18th century letters

Mitch Ratcliffe writes that weblogs are like 18th century letters, a social form in which the literate class wrote to each other expecting to be circulated and published.
Mitch’s perspective on this feels right to me. Some people use weblogs as diaries. I use the weblog to publish letters. Most blog entries here, including the book reviews and news commentary, were things that I was already writing and sending to one or two friends by email. The blog lets me share those thoughts with more people without committing spam.

Decentralization

The Supernova conference organized by Kevin Werbach, is getting started this morning in California.
The shindig is about decentralization — open spectrum, weblogs, WiFi, web services — new forms of decentralized communications, emergent social organization, and grass-roots content that will take down the dinosaurs of industrial bureaucracy and the behemoths of mass media and telecom. I have friends and colleagues at the conference; it sounds like the discussions are going be interesting and clever and fun.
The innovation up for discussion is real.
And the optimistic technological determinism is giving me the willies.
Because, while we’re developing and promoting all of this cool decentralized software and communications, there are:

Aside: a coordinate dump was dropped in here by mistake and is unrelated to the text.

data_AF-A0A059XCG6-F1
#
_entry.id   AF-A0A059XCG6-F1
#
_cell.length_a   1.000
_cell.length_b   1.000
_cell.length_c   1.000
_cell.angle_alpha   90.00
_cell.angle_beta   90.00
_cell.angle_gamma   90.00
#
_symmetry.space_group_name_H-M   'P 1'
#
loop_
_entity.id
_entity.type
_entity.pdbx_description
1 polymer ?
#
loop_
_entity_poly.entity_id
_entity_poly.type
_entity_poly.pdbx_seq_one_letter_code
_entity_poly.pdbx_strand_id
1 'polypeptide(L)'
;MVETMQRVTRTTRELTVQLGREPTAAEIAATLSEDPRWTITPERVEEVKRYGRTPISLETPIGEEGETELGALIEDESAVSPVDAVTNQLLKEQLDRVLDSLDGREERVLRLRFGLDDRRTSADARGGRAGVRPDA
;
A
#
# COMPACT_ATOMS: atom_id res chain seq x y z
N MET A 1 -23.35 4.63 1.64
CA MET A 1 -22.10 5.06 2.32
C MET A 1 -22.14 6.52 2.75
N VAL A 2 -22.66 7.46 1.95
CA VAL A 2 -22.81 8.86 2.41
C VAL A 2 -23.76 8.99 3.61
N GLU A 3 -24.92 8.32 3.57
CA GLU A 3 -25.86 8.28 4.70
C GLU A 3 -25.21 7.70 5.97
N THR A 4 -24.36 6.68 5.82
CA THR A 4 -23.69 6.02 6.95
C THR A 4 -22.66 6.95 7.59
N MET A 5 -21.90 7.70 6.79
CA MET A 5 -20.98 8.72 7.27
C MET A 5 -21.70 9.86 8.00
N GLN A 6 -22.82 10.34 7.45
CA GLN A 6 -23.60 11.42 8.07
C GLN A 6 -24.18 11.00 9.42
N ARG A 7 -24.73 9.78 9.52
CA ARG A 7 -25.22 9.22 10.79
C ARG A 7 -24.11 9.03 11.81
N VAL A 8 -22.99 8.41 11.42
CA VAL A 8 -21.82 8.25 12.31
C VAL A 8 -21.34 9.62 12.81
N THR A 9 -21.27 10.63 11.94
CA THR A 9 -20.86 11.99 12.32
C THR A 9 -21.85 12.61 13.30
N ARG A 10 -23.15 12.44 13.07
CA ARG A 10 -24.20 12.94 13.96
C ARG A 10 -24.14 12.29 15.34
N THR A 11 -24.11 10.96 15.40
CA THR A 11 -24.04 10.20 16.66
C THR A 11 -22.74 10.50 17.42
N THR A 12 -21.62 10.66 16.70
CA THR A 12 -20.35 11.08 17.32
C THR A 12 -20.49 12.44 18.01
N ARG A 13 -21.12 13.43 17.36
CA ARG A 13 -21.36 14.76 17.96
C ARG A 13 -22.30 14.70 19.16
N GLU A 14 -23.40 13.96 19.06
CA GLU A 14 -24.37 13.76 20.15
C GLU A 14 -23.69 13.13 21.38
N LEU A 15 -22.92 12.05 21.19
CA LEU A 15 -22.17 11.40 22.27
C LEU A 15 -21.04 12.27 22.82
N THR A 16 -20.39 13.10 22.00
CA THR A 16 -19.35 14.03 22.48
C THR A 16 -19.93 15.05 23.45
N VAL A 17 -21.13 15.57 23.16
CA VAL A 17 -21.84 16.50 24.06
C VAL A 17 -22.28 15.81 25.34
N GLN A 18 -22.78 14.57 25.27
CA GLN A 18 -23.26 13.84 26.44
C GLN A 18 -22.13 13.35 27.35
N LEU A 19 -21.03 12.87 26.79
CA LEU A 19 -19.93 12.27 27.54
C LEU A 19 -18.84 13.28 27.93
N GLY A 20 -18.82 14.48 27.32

• people using centralized money to maintain and increase oligopolies on content and communications
  • people using centralized power trying to turn our country into a totalitarian state, with secret trials and searches without warrants and digital surveillance departments headed by convicted felons
  • people using decentralized power trying to kill people who look like us, trying to destabilize our society, and succeeding

Meanwhile, we’re feeling smart, and socially connected, and politically pretty powerless.
We need organization, with all of the decentralized and centralized tools and methods available to us, online and on the ground, and we need it now.

South Asian bluegrass…

Caught a fun show at the Clay Pit this weekend, with Ganesh, a percussionist visiting from Madras, India, who has played with Max Roach, Zakir Hussein, Glen Velez and is currently recording with both Bela Fleck and the Flecktones and the Violent Femmes.
The musicians on stage had varying levels of fluency in traditional Indian and Middle Eastern classical music, bluegrass, blues, jazz, rock, and country music. They improvised in various combinations of the musical genres; the audience and the musicians were all having fun.
Very Austin.

& & & ! !

Have run into several pseudo-debates today about the relative benefits of websites and e-mail. The answer is both.
Mitch Ratcliffe cites an argument between Mark Hurst, who argues that email is better than weblogs, and John Robb over at Userland who argues in favor of weblogs.
Meanwhile, John Robb cites Ray Ozzie, who argues in an Infoworld interview that people ignore collaboration tools and portals because they aren’t as “natural” as phone, fax, and e-mail.
“Natural” has nothing to do with it. Right tool for the job has everything to do with it.
When you’re trying to reach another human immediately, you phone, fax, email (or IM). Why waste time browsing a web site when you just want to talk to Ed?